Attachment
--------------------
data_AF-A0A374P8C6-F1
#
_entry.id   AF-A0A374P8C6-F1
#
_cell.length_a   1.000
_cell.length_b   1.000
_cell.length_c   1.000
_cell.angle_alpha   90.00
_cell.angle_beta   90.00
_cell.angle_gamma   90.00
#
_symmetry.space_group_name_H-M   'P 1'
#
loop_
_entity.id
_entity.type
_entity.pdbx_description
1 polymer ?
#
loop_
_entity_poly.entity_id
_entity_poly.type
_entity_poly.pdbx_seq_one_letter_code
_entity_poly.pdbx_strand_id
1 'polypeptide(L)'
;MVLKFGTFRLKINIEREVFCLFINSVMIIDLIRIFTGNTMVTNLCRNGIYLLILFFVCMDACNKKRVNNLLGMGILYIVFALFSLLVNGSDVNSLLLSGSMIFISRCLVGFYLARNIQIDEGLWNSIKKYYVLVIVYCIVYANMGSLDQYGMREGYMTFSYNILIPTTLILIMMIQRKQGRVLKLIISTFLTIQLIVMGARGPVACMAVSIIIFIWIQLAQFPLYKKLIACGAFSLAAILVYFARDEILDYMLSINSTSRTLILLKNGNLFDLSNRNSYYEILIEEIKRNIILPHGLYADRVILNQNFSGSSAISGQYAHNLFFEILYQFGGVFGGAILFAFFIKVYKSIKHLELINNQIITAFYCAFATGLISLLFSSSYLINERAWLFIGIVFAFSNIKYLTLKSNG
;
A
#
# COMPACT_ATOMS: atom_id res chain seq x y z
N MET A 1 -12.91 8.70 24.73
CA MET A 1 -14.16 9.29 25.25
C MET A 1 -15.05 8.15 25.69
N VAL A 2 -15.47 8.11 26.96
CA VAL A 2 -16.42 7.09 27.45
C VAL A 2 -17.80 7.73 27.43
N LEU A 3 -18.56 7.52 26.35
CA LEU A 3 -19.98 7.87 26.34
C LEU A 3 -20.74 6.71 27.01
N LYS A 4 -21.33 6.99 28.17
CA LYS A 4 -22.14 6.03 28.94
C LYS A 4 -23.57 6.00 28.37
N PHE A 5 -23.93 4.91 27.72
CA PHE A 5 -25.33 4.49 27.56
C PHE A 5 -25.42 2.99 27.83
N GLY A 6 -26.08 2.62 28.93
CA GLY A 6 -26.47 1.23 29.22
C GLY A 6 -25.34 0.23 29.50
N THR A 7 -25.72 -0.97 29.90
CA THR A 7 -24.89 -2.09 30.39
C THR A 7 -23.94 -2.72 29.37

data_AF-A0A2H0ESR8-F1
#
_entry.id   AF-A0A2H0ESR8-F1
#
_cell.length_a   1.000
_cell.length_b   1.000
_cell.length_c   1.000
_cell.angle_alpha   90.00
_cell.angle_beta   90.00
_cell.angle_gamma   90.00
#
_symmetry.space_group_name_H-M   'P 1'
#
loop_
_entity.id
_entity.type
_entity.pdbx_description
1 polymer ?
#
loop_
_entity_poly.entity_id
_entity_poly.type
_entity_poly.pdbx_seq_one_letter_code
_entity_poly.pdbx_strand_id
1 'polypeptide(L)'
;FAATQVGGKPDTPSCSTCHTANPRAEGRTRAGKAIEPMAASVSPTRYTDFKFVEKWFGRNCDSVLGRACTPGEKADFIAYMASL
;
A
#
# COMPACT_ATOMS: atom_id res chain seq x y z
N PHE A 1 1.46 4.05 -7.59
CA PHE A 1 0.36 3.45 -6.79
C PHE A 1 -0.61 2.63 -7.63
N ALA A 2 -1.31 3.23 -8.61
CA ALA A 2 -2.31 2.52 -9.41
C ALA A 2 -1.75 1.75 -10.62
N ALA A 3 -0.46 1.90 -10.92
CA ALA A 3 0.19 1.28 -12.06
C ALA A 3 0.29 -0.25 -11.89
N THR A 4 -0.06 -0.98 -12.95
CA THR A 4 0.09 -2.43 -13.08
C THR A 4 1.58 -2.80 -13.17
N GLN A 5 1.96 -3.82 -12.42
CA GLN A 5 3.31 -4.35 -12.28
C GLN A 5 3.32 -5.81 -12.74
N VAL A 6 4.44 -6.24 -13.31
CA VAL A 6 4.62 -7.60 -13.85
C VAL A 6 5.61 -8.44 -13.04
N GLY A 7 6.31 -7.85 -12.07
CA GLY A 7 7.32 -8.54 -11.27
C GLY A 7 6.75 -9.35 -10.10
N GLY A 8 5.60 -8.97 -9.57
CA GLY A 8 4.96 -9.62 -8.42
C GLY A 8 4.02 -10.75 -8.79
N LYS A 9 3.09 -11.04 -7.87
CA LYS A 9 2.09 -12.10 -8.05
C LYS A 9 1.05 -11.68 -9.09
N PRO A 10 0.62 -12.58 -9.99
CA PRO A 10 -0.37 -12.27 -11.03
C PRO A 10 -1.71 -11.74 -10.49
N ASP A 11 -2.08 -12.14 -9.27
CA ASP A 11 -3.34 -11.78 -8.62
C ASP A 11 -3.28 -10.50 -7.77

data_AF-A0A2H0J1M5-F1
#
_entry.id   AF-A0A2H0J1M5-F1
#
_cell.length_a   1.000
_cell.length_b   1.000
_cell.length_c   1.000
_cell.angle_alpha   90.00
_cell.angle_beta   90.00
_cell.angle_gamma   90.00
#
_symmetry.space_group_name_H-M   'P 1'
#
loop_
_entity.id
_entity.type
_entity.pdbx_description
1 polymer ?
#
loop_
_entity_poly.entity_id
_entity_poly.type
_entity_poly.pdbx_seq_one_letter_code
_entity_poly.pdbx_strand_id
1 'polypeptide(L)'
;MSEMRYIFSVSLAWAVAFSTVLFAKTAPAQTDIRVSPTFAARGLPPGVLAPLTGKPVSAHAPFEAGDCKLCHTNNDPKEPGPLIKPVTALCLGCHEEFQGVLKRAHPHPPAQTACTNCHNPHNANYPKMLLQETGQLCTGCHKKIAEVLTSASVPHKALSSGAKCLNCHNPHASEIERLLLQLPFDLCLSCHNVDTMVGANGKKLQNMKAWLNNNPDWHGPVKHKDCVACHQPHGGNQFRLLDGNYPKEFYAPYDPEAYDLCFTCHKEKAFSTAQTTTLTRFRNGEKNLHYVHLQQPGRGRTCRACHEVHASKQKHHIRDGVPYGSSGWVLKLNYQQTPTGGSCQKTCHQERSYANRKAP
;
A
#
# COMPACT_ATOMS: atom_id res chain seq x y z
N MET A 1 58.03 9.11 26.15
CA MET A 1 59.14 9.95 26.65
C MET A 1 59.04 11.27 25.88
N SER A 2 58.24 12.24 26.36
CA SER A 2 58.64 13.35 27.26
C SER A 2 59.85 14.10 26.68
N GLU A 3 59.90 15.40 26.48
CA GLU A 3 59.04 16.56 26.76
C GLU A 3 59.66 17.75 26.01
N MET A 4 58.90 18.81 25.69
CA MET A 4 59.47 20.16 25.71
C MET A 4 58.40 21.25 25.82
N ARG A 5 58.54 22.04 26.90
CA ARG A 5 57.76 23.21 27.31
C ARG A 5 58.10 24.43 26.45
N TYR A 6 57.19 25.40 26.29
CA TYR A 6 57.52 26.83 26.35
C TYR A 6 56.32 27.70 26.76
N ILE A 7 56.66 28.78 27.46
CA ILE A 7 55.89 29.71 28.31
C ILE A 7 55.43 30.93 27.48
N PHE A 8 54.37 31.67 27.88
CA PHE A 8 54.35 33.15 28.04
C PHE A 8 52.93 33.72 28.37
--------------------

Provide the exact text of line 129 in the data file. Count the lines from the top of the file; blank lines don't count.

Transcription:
_entity.id